Monk Seal Alliance
Strengthening concerted action to protect the Mediterranean monk seal
The Prince Albert II of Monaco Foundation has been involved in monk seal conservation for many years, supporting projects in the Mediterranean since 2011. Recognizing that there has been a lack of collaboration between different actors in this area, the Foundation has, since 2017, organized several expert meetings to define joint priority actions to protect this iconic species.
In 2019, the Foundation spearheaded the creation of the Monk Seal Alliance (MSA), which brings together five donor organizations (the Prince Albert II of Monaco Foundation, the Mava Foundation, the Fondation Segré, the Sancta Devota Foundation and the Thalassa Foundation) with significant experience of funding monk seal conservation projects. The goal is to expand existing actions and step up concrete efforts to protect the species.
The MSA encourages practical action to protect the Mediterranean monk seal and its habitat through support for conservation projects throughout the species’ range. It aims to increase collaboration between donors and between actors on the ground, at the local, national and regional levels.
The Mediterranean monk seal was once common throughout the Mediterranean Sea and in some parts of the adjacent Atlantic Ocean. Decades of hunting and deliberate killing by fishermen, accidental captures in fishing nets, disease and destruction of their habitats, pushing the animals to leave the open beaches and seek refuge in caves, has since taken a heavy toll on the seal populations. The situation was particularly bleak around 20 years ago, when numbers fell to around 400–500 seals and the species was categorized as “critically endangered” on the IUCN Red List.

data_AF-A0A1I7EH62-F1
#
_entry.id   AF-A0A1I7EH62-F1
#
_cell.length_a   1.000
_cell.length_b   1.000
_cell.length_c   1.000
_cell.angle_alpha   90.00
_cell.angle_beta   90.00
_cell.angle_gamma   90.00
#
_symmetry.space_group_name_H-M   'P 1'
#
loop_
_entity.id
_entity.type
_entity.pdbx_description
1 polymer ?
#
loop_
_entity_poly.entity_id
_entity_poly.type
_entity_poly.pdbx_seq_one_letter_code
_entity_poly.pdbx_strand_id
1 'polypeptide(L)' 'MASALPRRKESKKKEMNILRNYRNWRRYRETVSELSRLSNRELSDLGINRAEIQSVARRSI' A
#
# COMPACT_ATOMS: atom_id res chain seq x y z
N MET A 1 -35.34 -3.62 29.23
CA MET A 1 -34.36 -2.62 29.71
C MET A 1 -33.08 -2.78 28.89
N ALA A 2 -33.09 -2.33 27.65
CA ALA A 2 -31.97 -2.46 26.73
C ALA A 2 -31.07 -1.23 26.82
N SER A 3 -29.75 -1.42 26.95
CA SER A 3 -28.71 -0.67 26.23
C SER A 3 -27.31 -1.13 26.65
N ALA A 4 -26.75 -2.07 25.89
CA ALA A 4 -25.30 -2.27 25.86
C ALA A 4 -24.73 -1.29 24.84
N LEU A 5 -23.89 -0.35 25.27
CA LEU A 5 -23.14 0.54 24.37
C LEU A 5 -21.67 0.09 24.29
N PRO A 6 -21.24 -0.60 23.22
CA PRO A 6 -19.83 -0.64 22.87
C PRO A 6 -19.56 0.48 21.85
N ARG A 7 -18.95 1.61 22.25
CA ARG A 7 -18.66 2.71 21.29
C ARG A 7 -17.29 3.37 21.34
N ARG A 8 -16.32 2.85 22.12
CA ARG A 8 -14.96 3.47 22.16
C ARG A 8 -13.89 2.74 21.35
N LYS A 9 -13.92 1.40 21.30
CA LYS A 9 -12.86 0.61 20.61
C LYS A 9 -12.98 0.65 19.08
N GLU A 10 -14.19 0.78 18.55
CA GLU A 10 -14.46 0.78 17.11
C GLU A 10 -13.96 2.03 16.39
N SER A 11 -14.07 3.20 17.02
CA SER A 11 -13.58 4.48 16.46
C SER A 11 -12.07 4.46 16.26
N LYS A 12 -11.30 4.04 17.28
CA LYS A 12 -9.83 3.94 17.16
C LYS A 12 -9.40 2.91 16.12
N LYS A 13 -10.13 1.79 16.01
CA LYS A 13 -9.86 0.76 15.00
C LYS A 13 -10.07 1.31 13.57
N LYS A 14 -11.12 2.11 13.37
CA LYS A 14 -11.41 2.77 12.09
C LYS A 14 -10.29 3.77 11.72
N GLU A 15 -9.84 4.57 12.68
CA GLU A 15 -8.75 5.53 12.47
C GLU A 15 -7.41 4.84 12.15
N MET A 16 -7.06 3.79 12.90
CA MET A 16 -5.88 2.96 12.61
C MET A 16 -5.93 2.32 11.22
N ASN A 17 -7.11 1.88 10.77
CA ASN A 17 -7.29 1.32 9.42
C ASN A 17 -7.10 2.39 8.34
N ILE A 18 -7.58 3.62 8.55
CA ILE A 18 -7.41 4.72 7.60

Strong national and regional measures aimed at saving the species by creating marine protected areas, working with fishing communities and raising awareness among the various stakeholders have helped to reduce the pressure and the IUCN now categorizes the species as “endangered.” While it is too early to describe this as a success story, the considerable efforts made to protect the species and its habitats have borne fruit and the current population is estimated at around 800 individuals at a few key sites in the Mediterranean (primarily around Greece, Turkey and Cyprus) as well as in Madeira and Cap Blanc in the Atlantic. An ongoing and strengthened conservation effort is vital to maintain this positive trend and ensure that the species can continue to prosper.